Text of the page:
Higher Registration Fees For Hybrid Vehicles – What’s Up With That?
Awhile back, a good friend of mine spent half an hour complaining to me about having to pay an additional $100 when he registered his Prius hybrid vehicle. That caused me to wonder why West Virginia would want to discourage the ownership of these vehicles with a whopping big tax. Hybrids consume lots less gasoline and emit proportionately less greenhouse gasses from the tailpipe. That’s a good thing, right? The answer, of course, is not so simple.
The additional registration fees for alternative fuel vehicles were first imposed in 2017. Many states have done this. In West Virginia, hybrid vehicles, which use a combination of gasoline and self-generated electric power, are charged an extra $100. All-electric vehicles, which use no gasoline, are charged an additional $200. This difference depending on whether gasoline is used turns out to be the key to understanding the policy behind these fees.
West Virginia, like all other states, uses gasoline taxes to fund the maintenance and expansion of its transportation infrastructure – roads, bridges, and the like. West Virginia is one of only four states that has responsibility for maintaining both state and county roads. In 2017 the combined state gasoline tax was raised to $.357 per gallon, where it remains today. But still gasoline tax revenues have been declining for years, principally because of better fuel efficiency.
The gasoline tax is considered a use tax – until hybrid vehicles came along the gallons of gasoline sold were a rough measure of the use our highways and bridges were getting. Because of increasing fuel efficiency driven by federal policy and alternative fuel vehicles, gasoline consumption can no longer be used as a proxy for highway use.
So it was no coincidence that both higher gasoline tax and the alternative fuel vehicle registration fees were imposed in the same year. The objective was to even the burden of infrastructure maintenance on all vehicle owners. When viewed this way, raising the registration fee for hybrid and electric vehicles seems fair. And owners of these vehicles actually are better off than traditional gasoline vehicle owners if each drives the average annual mileage put on a West Virginia vehicle.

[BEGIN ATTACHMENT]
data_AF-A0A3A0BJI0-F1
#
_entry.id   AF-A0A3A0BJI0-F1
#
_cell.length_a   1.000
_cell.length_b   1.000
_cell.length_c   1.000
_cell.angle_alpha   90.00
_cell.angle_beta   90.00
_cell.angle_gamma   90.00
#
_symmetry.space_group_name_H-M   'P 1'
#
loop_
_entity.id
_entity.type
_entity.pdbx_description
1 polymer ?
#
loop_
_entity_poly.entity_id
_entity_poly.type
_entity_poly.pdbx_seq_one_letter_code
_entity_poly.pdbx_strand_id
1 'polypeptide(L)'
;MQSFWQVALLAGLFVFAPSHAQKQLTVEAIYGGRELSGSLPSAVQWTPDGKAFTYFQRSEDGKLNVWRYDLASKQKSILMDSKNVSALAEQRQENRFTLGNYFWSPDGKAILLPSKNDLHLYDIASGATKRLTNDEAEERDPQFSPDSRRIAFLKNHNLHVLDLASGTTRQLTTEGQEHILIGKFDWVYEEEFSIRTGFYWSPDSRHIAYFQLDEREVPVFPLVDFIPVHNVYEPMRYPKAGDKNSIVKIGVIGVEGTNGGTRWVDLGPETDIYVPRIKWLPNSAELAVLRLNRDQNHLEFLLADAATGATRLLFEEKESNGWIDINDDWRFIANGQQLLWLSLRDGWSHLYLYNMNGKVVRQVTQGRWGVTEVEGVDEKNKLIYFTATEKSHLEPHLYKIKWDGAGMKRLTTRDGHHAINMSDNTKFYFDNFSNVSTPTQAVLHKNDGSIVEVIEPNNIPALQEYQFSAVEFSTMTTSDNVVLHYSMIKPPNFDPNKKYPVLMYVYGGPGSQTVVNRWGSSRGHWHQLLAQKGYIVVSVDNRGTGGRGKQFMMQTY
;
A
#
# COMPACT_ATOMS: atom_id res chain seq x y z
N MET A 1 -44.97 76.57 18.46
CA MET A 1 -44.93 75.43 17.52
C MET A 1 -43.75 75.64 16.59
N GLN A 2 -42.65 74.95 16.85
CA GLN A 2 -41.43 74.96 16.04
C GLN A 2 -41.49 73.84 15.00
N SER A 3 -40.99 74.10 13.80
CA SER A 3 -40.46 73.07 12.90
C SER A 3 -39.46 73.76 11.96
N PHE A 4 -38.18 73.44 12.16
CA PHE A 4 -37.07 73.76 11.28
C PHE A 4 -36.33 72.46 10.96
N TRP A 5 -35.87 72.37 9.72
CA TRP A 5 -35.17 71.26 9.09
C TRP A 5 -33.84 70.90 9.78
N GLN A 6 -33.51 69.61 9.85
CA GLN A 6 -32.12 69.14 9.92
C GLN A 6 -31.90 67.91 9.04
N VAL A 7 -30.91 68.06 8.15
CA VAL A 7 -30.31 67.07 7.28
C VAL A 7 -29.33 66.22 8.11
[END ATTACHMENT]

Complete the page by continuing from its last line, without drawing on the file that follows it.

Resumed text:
Here is the math. I have seen several different figures for the average miles a vehicle is driven each year in West Virginia, but all of them are around 15,000. Assume that a gasoline powered vehicle gets 25 miles per gallon, which would mean 600 gallons of fuel consumed per year. The West Virginia tax on that gasoline would come to $214 per year. What about the hybrid vehicle? They get around 50 miles per gallon, so that would mean 300 gallons consumed on average per year. The West Virginia tax on that would be $107 per year, saving this driver an equal amount per year versus the gasoline vehicle driver. Against this tax, the additional $100 registration fee is a slight bargain.
It’s a similar bargain for all-electric vehicle drivers, who save the entire $214 in gasoline tax that a driver of a conventional vehicle would pay. Against the $200 registration fee, the all-electric driver saves $14, enough to treat the kids to a couple of Big Macs. The higher registration fee really creates no financial disincentive for owning a hybrid vehicle, it just removes an incentive to do so.
Maybe hybrid owners should get an incentive as a matter of state policy. An argument could be made that reducing tailpipe emissions is a worthy objective that is served by making ownership of a hybrid more attractive. But this runs into that elusive concept of environmental justice. If we eliminate the higher registration fees on hybrids, the cost of maintaining roads simply gets shifted to drivers who don’t own hybrids. Maybe they own big gas guzzling trucks and deserve it. But maybe they can’t afford to buy a Prius, which the last time I looked cost $25,000 for an entry model. It is not good policy for a highway use tax to be converted into a tax on being poor.
Looking a little more skeptically at electric vehicles, when and why did we decide they were so good for the environment? It might make us feel better about ourselves to drive one, but exchanging CO₂ emissions from gasoline for even dirtier emissions from generating electric power makes no sense. A model developed at MIT shows that eliminating petroleum use by electrifying the whole transportation sector would cause the use of dirtier electric power to surge. Overall emissions would drop only 2% by 2050. And emissions from coal-burning power plants include lots of other bad stuff besides CO₂, like nitrous oxide and soot.
Tax policy is never simple, particularly when it is bound up with politicized environmental issues. But at ground zero, my friend is never going to accept any of this. He is just annoyed by having to pay a stupid tax on his hybrid Prius. I can talk all I want, but I plan to make myself scarce next year when he registers his car again.